by Marc and Julie Anderson
ARLINGTON, Virginia — Approximately 300,000.
That’s how many items the average American home contains, according to professional organizers. Catholic author Laraine Bennett said she finds the fact mind-boggling.
Still, she said it can be difficult to let go of possessions, as she learned firsthand from her own move from a home of 4,000 square feet to one of around 1,000. The move, along with her personal journey of self-discovery and spiritual growth, is recounted in her latest book “The Little Way of Living with Less: Learning to Let Go with the Little Flower,” released in September by Sophia Institute Press.
The book does not fall into the genre of home organizational books (although tips from a professional organizer are included). Instead, it is divided into 11 chapters ranging from “Decluttering the Soul” to “The Only Good Thing” and “‘Tis the Gift to Be Simple.”
In its pages, Bennett refers to virtues like trust, poverty and simplicity as roses, alluding to St. Thérèse of Lisieux’s promise to shower the flower from heaven.
Because the book includes reflection questions, it can be used by book clubs, faith-sharing groups or “anyone who hopes to grow in love for God and neighbor by living with a little less.”
A few years ago, Bennett’s husband Art noted that as a couple they only used about 10% of their home.
It was at that point that the couple decided to get on board with “the minimalist bandwagon.”
But it was harder than expected, said Bennett.
“It turned out to be really hard for me, actually. It was a struggle,” she said. “I thought I’d be able to handle this really easily — no problem.”
But she learned an unpleasant truth.
“I still have these attachments,” she continued. “So, kind of going through this, I realized I wanted to write about it [and the fact that] there’s virtues underlying this process. I needed to grow in these virtues.”
St. Thérèse exemplified the virtues to a heroic degree, Bennett said.
“She lived in [the] upper middle class and it was a beautiful house that she grew up in,” Bennett added, “and she had beautiful things around her.”
But she saw the temptation.
Thérèse’s family “went back to Alençon,” recounted Bennett, “where she had been born and spent the first few years of her life. And they were being wined and dined and treated her very well. She saw these wonderful things, really beautiful things, and she understood the attraction.
“She understood the allure, and yet she remained so steadfast in pursuing her goal, which was to become a great saint, to love God with her whole heart, soul and strength. She’s just such a perfect example to me of what I felt I needed.”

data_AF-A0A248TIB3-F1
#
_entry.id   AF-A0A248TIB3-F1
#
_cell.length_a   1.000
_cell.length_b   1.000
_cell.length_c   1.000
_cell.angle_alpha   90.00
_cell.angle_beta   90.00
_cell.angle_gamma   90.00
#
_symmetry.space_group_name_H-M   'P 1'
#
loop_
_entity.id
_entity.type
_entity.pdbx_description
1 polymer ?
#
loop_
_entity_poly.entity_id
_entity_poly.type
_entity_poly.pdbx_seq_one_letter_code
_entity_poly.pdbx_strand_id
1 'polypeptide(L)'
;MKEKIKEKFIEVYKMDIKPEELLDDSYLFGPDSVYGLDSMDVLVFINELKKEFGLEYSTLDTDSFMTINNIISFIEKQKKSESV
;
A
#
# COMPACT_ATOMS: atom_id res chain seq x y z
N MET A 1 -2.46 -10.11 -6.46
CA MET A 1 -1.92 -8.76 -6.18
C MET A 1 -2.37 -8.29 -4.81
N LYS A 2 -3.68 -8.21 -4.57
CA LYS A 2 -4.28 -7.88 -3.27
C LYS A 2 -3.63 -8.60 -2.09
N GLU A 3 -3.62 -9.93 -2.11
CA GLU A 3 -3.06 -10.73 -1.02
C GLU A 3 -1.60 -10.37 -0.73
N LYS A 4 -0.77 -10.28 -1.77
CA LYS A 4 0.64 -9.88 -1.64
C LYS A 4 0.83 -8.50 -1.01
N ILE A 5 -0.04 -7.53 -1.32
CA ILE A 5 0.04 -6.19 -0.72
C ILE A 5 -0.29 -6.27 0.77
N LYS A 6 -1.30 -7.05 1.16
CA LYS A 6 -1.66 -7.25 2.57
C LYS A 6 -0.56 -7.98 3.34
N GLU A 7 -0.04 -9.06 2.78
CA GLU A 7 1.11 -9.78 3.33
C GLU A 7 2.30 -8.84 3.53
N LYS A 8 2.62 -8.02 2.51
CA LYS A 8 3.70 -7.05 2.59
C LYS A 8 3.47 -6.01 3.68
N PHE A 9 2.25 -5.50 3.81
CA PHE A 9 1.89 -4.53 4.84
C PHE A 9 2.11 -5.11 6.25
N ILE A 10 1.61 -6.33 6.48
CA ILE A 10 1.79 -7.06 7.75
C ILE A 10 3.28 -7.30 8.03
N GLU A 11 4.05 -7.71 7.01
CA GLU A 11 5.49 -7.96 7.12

Decluttering is hard work
“Without the motivation of truly inspiring goals — to strengthen the bonds of love, to serve others better, to follow Christ more perfectly, to love God with our whole mind, heart, soul and strength,” Bennett writes, “it is likely that we will soon find ourselves frustrated with any decluttering, organizing, or minimizing project.
“Simply tidying or organizing or minimizing without the motivation of a truly meaningful ideal will likely fall short of the abundant life we are called to as Catholic Christians.”
While Bennett advocates living a simpler lifestyle, she said simplicity can be found in homes of all sizes. It’s more about having a particular mindset.
“On so many levels, we do need to let go of actual stuff and we need to practice that detachment of heart, that poverty of spirit, as well,” she said. “I don’t want to minimize either one.”
It’s a lesson, Bennett added, she had to learn herself as it related to her Amish farmhouse dining room table.
“We had so many dinners around it,” she said. “We raised the kids with this table, and it’s a beautiful table. And so, I said, ‘Well, I’m not selling this one.’”
After disassembling the table, she shoved it underneath the bed. Months later, a friend encouraged her to sell it or give it away. Eventually, Bennett said she realized the friend was right and gave the table to her son and daughter-in-law.
In the end, Bennett hopes people will benefit more spiritually from her book than anything else.
“I’m not trying to advocate that everybody has to be a minimalist,” Bennett said.
She just wants them to put first things first.
“We want everyone who comes over to feel like they’re welcomed, cherished,” she said. “We want our homes to be places where people experience love and generosity and humble service. How can we best do that?
“We don’t have to have grandiose mansions, and we don’t have to have perfectly organized houses either. We don’t have to have incredibly beautiful artwork on the wall either.
“It’s what we can do with what we have, and how can we appreciate and be grateful for the many, many gifts that we do have [that matters].”